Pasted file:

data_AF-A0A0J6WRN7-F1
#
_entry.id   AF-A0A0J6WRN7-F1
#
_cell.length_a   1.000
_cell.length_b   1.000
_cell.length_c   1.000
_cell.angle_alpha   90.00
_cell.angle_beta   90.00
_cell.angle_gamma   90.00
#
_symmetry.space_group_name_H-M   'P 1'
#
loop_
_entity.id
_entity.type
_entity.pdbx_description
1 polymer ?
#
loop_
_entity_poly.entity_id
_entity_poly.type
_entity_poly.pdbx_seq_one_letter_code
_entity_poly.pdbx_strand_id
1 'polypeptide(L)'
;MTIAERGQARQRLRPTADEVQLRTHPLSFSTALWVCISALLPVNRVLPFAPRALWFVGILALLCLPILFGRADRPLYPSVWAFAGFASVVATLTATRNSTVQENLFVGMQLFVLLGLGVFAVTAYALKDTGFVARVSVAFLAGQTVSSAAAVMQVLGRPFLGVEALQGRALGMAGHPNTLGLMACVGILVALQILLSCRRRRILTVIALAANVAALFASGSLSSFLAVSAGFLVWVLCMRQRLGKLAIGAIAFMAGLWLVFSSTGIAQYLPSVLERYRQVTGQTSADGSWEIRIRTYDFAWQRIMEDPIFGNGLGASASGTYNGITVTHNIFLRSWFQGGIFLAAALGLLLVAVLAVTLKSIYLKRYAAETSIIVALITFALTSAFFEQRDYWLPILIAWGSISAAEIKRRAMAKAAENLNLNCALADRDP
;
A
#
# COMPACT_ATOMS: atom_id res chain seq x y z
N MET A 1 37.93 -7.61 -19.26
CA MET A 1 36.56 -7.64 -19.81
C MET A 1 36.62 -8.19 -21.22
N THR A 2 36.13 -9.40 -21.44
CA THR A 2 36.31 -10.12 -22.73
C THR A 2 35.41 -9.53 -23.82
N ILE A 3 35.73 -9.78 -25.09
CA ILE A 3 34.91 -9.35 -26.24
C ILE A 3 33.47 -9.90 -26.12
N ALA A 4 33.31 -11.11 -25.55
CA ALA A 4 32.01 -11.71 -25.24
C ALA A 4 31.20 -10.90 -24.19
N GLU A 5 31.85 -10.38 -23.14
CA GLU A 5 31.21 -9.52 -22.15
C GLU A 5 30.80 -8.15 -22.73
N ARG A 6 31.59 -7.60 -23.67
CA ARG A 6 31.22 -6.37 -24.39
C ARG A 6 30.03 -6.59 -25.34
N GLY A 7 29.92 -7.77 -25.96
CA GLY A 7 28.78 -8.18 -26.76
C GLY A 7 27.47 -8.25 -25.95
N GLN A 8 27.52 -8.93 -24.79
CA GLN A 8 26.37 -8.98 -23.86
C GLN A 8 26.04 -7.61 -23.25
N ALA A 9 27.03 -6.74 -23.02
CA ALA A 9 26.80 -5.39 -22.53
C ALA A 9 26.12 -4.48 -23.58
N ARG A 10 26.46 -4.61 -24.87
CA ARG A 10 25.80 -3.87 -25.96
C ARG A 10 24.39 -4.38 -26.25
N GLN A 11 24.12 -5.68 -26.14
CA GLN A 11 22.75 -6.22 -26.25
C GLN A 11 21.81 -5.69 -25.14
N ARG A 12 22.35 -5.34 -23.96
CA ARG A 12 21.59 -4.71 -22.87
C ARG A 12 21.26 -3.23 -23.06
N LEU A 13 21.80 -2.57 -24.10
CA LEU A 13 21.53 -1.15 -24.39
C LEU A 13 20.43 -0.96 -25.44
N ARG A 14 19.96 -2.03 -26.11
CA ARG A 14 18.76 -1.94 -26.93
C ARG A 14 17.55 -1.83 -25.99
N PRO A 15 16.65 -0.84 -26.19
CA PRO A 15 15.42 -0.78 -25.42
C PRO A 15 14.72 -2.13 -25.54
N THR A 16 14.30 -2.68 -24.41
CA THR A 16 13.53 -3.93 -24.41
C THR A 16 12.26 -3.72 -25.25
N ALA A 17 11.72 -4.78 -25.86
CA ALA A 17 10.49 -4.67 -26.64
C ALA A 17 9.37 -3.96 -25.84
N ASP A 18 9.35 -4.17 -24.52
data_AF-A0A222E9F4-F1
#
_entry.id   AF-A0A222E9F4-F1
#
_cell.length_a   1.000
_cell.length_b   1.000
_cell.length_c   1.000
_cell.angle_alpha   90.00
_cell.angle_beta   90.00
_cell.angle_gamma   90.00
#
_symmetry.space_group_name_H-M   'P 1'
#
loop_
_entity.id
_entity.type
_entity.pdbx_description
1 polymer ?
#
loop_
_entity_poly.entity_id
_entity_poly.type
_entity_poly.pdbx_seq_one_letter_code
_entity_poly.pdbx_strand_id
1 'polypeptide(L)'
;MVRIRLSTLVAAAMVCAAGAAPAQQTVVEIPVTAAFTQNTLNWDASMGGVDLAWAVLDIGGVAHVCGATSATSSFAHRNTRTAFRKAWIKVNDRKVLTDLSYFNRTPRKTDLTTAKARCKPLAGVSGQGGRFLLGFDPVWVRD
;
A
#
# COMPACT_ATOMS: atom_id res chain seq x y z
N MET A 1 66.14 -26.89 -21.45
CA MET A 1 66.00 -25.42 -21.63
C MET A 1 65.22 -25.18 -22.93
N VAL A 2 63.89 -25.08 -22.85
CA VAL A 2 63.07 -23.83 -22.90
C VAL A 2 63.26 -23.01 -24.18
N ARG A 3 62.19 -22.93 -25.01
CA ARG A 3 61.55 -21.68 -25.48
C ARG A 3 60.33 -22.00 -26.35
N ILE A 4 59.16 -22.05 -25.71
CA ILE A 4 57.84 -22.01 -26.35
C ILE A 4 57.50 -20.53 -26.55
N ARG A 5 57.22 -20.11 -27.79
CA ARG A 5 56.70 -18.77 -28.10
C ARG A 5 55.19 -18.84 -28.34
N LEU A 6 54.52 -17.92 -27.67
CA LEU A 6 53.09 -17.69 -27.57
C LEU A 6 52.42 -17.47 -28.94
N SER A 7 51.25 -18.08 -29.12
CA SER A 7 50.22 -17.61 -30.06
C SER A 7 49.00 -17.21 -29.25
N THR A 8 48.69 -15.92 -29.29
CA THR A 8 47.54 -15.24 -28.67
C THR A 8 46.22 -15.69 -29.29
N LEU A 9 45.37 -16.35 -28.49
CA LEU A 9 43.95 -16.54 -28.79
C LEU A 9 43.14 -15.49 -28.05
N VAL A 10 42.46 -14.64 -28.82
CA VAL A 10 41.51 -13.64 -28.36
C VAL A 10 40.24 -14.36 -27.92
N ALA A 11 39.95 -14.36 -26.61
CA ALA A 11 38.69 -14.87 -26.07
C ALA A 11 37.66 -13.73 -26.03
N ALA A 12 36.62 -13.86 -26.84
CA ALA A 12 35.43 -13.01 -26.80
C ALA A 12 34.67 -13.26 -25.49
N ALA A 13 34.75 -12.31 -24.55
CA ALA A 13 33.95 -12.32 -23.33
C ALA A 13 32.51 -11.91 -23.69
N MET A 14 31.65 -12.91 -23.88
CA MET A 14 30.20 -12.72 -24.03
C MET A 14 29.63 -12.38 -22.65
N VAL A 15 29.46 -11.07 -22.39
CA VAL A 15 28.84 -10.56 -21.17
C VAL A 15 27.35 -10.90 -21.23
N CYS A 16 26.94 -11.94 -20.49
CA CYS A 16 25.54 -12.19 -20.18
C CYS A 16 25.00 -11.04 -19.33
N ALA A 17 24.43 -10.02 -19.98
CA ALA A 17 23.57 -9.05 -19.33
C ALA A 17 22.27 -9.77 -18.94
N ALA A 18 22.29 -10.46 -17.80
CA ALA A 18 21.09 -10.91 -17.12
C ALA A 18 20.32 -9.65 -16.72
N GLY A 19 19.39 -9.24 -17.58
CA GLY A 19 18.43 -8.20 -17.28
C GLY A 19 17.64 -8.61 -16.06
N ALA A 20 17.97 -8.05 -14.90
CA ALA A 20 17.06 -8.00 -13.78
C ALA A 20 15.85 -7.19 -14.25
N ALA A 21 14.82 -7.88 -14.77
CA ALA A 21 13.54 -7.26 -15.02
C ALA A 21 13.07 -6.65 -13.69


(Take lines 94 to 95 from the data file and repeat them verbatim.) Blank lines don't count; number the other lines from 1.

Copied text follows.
_symmetry.space_group_name_H-M   'P 1'
#